Last month, a journal published an n-of-one experiment of unusual origin. It was the study comparing astronaut Scott Kelly’s physiology to that of his Earthbound identical twin brother, Mark. During his time on the International Space Station, Scott gathered reams of data on his own health and took hundreds of samples of his own stool, urine, and blood, for comparison later to those of Mark.
The results were surprising: Thousands of genes that remained dormant in Mark were activated in Scott, who also experienced significant changes in his microbiome, telomeres, arteries, immune system, and cognitive performance. Most of the physiological changes experienced by Scott reversed themselves when he returned to Earth, but a few did not. The problem now is that to explain any of what happened to Scott’s body in space, researchers need more data. Having a sample size of one, aside from limited data from past missions, leaves scientists with little sense of why these changes occur. Space being space, getting that extra information is hard.
To that end, SpaceX is expected to soon launch a Dragon cargo capsule that will contain, among other things, four microchips embedded with living human cells designed to model various aspects of human physiology. The research teams behind these so-called organs on a chip hope they will shed light on how astronauts’ bodies react to space travel at the cellular level and hasten the discovery of novel medical treatments on Earth. The launch, which has been delayed a few times already, is currently scheduled for 2:48 am ET.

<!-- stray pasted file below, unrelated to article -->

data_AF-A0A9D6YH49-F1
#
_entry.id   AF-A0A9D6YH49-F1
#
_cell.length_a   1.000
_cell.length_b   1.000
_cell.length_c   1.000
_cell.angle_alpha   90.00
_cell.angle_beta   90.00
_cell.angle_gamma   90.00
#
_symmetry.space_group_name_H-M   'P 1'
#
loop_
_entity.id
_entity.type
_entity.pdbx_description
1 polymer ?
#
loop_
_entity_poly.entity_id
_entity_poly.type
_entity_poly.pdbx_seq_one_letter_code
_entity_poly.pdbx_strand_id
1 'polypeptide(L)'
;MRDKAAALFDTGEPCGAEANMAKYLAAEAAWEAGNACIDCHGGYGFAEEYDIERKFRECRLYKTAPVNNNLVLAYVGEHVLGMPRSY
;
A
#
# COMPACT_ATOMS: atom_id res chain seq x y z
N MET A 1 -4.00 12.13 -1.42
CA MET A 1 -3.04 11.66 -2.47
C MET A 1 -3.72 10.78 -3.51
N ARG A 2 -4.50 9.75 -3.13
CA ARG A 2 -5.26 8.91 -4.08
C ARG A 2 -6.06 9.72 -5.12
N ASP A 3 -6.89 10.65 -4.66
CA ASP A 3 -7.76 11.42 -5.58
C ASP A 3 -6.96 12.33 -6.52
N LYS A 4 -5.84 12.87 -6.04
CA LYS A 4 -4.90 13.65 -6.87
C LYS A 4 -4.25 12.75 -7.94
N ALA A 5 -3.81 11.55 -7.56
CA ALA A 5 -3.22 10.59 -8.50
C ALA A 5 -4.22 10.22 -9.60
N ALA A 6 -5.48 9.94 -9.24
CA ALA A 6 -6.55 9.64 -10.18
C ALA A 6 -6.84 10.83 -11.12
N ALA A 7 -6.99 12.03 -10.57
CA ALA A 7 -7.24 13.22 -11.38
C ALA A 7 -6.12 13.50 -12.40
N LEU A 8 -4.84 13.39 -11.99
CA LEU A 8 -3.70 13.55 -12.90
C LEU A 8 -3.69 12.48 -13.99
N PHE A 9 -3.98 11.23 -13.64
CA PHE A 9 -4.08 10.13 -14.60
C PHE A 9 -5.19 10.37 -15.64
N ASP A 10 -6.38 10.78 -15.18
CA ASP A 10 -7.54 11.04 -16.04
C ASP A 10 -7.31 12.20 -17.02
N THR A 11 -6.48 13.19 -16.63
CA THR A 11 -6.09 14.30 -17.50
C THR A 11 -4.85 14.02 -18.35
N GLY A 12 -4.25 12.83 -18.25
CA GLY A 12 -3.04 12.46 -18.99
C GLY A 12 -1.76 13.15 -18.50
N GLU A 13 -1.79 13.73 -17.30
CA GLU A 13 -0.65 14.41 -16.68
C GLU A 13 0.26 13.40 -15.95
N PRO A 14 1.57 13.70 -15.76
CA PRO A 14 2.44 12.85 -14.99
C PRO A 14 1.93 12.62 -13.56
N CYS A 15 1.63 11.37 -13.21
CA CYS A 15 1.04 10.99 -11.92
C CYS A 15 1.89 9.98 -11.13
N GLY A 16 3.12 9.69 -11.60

Organs and tissues on a chip replicate human physiological function at the cellular level and are designed to make studying those processes easier than in actual humans. The chips are transparent and consist of small channels lined with living human cells specific to the organ being modeled. Unlike traditional cell cultures, they are also able to mimic some aspects of an organ’s environment and biomechanical properties—the push and pull of a beating heart, the expansion of breathing lungs, the pressure of arteries, and the warmth of the blood that courses through them. Because organ and tissue chips are relatively cheap and experimenting on them isn’t limited by ethical considerations, researchers can, for example, use them to test new drugs or intentionally infect them to study the onset of disease.
In 2016, the National Institutes for Health partnered with the ISS National Lab to launch the Tissue Chips in Space program. The following year, the NIH granted a total of $6 million to five research projects that would study how microgravity affects the human body by sending organ and tissue chips to the ISS. The program’s first payload arrived at the ISS last December, containing a few dozen tissue chips designed to model the human immune system. The next sets of tissue chips modeling the kidneys, bone and cartilage, the blood-brain barrier, and the lungs are scheduled to arrive at the space station in the next few days.